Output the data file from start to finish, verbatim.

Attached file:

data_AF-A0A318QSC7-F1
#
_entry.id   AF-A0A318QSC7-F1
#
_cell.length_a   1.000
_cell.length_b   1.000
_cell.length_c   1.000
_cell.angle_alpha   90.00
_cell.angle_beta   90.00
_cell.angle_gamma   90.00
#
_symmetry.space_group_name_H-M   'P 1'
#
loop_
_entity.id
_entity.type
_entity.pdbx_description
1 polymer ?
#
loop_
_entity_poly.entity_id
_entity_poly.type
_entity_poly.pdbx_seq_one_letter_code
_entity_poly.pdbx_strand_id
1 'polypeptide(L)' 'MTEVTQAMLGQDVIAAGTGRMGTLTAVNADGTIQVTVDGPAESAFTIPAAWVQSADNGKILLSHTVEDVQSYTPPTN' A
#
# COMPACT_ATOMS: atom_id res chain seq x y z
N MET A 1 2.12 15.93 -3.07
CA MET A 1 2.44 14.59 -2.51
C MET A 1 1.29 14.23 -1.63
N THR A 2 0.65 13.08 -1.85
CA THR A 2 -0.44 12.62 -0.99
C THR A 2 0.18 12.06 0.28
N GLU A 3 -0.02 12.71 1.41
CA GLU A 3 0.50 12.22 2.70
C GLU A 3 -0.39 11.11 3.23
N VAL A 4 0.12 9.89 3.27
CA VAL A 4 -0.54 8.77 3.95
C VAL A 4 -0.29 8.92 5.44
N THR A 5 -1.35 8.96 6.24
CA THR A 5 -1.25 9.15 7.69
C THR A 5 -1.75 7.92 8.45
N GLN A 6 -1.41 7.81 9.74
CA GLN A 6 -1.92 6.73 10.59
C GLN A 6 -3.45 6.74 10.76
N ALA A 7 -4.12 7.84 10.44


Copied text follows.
data_AF-A0A318QSC7-F1
#
_entry.id   AF-A0A318QSC7-F1
#
_cell.length_a   1.000
_cell.length_b   1.000
_cell.length_c   1.000
_cell.angle_alpha   90.00
_cell.angle_beta   90.00
_cell.angle_gamma   90.00
#
_symmetry.space_group_name_H-M   'P 1'
#
loop_
_entity.id
_entity.type
_entity.pdbx_description
1 polymer ?
#
loop_
_entity_poly.entity_id
_entity_poly.type
_entity_poly.pdbx_seq_one_letter_code
_entity_poly.pdbx_strand_id
1 'polypeptide(L)' 'MTEVTQAMLGQDVIAAGTGRMGTLTAVNADGTIQVTVDGPAESAFTIPAAWVQSADNGKILLSHTVEDVQSYTPPTN' A
#
# COMPACT_ATOMS: atom_id res chain seq x y z
N MET A 1 2.12 15.93 -3.07
CA MET A 1 2.44 14.59 -2.51
C MET A 1 1.29 14.23 -1.63
N THR A 2 0.65 13.08 -1.85
CA THR A 2 -0.44 12.62 -0.99
C THR A 2 0.18 12.06 0.28
N GLU A 3 -0.02 12.71 1.41
CA GLU A 3 0.50 12.22 2.70
C GLU A 3 -0.39 11.11 3.23
N VAL A 4 0.12 9.89 3.27
CA VAL A 4 -0.54 8.77 3.95
C VAL A 4 -0.29 8.92 5.44
N THR A 5 -1.35 8.96 6.24
CA THR A 5 -1.25 9.15 7.69
C THR A 5 -1.75 7.92 8.45
N GLN A 6 -1.41 7.81 9.74
CA GLN A 6 -1.92 6.73 10.59
C GLN A 6 -3.45 6.74 10.76
N ALA A 7 -4.12 7.84 10.44